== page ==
The American healthcare system is broken. That's what you hear everyone saying these days, no matter where people live or how well they actually understand the issues.
The Los Angeles-based UniHealth Foundation is tired of hearing the complaints and has the money to start doing something about it on the grassroots level. The foundation started paying attention when UCLA and USC began working together to mend the system with the concept of “medical homes” as the focal point.
A “medical home” is a patient-centered plan to provide team-based, coordinated care, aimed at making the primary care team central to the patient's health needs. On the surface, this strategy doesn't sound much different from anything that's been done before. But Dr. David Goldstein, who envisioned the concept and conceived the Galaxy Health Program, says its innovation is making this vision a reality in a complex, disconnected health care system.
The UniHealth Foundation awarded a three-year $750,000 grant to kick off the project. (Read UniHealth Foundation: Los Angeles Grants).
Goldstein's Galaxy program established 24/7 access to physicians, made urgent care clinic appointments available within a couple hours, and coordinated emergency care. “My hope was that Galaxy would reveal that a minimal investment and reorientation in delivery focused on the patient and enhanced access to care could improve the satisfaction of patients, staff and physicians, even in an underfunded public environment,” Goldstein said. “I think it worked out well. It’s not rocket science.”
Although the UniHealth Foundation still hasn't announced its new grantmaking initiatives, the program funding all goes to either Los Angeles and northern Orange County hospitals or to a general purpose fund. This $750,000 grant helped to create a call center, telephone renewal of prescriptions, and the availability of up to five urgent care appointments per day.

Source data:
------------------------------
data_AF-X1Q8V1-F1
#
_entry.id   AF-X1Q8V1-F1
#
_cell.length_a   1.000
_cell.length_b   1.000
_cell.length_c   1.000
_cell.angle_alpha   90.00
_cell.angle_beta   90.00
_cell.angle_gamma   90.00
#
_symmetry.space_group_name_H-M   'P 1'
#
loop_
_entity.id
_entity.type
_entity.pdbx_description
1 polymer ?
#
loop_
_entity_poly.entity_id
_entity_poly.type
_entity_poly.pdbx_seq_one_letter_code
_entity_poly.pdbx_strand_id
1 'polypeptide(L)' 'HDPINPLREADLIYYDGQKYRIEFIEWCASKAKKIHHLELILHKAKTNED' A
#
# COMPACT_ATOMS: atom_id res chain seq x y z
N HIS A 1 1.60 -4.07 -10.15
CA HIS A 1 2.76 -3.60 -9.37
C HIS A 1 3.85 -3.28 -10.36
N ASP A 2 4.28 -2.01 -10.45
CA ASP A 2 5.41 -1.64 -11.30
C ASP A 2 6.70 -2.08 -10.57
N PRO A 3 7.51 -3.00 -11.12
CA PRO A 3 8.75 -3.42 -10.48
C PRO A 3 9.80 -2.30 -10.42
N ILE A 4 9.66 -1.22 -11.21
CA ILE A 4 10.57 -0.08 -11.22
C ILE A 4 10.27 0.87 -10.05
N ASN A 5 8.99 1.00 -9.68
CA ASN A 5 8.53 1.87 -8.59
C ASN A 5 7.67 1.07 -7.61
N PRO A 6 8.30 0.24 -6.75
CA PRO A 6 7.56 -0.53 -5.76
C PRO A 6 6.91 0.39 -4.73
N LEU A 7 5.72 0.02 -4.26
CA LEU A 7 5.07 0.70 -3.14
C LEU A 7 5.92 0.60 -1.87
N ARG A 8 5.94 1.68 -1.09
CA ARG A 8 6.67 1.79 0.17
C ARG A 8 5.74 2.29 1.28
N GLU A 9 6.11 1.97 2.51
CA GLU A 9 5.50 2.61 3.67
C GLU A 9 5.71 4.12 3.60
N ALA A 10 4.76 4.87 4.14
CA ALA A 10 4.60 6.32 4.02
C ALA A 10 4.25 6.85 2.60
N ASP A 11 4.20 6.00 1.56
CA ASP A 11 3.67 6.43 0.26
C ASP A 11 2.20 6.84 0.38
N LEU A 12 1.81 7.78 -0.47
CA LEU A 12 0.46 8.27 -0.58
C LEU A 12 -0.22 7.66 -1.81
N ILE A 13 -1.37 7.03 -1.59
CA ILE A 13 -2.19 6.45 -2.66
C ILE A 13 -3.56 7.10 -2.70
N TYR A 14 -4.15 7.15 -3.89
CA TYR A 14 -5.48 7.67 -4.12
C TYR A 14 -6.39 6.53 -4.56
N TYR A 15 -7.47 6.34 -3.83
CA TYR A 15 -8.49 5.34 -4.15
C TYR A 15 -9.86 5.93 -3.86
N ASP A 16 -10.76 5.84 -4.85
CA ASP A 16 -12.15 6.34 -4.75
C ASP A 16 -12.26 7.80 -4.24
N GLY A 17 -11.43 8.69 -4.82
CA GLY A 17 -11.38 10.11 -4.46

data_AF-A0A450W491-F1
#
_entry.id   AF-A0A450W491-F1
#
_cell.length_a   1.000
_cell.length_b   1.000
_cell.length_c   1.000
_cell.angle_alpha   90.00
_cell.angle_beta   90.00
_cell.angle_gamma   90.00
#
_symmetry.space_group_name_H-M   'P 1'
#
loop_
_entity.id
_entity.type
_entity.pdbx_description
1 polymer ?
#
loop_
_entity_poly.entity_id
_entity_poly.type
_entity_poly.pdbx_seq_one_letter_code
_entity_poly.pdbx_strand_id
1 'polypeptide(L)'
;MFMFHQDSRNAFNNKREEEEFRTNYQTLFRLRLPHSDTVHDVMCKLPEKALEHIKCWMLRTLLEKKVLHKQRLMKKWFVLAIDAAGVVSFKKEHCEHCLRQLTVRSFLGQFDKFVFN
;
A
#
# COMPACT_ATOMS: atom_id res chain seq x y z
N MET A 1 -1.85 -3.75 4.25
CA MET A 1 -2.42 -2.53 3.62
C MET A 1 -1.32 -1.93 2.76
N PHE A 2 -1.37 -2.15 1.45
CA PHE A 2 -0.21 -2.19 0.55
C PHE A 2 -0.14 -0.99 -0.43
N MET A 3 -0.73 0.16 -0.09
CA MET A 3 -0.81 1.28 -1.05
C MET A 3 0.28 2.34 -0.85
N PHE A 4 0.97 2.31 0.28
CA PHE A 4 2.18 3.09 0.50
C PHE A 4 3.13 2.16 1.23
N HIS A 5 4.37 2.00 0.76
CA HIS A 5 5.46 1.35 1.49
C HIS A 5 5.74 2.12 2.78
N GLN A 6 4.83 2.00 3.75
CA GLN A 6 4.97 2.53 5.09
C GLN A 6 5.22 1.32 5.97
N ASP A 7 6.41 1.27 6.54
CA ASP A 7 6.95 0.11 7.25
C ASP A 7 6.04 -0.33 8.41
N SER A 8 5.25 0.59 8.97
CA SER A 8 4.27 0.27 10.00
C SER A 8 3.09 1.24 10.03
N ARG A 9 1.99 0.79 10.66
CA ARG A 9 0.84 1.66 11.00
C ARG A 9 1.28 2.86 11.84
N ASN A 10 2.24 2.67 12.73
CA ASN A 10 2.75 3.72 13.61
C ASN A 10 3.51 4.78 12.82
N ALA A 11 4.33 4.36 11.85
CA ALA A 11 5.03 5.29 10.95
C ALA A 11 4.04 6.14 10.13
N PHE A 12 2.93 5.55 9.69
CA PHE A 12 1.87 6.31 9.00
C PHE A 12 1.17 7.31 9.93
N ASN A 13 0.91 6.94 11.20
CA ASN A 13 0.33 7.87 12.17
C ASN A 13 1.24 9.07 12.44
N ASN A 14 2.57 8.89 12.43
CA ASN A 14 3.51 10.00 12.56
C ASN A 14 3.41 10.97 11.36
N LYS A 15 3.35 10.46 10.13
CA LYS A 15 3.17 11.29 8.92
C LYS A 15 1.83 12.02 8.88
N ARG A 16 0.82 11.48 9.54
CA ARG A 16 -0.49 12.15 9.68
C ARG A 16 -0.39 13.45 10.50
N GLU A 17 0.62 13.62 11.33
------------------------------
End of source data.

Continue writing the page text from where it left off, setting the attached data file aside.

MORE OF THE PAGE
Primary care isn't only an important issue for the here and now, it's also a major concern for the future. Fewer and fewer medical school graduates are going into primary care because of the long hours, lack of support, and low salaries. There's already a shortage of primary care physicians in the area, and this situation is expected to become even more crucial as more baby boomers retire and develop aging-related health issues.
Although the Galaxy Health Program is certainly a step in the right direction, it still has a long way to go. Among the clinics that participated in the program, none satisfied all the elements needed to quality as a “medical home.” The clinic's overall score moved from 35/100 to 53/100. And the composite satisfaction score for residents went up from 39% to 51%. While those new figures would still qualify as an “F” in any classroom, a slow and steady approach is certainly better than no progress at all.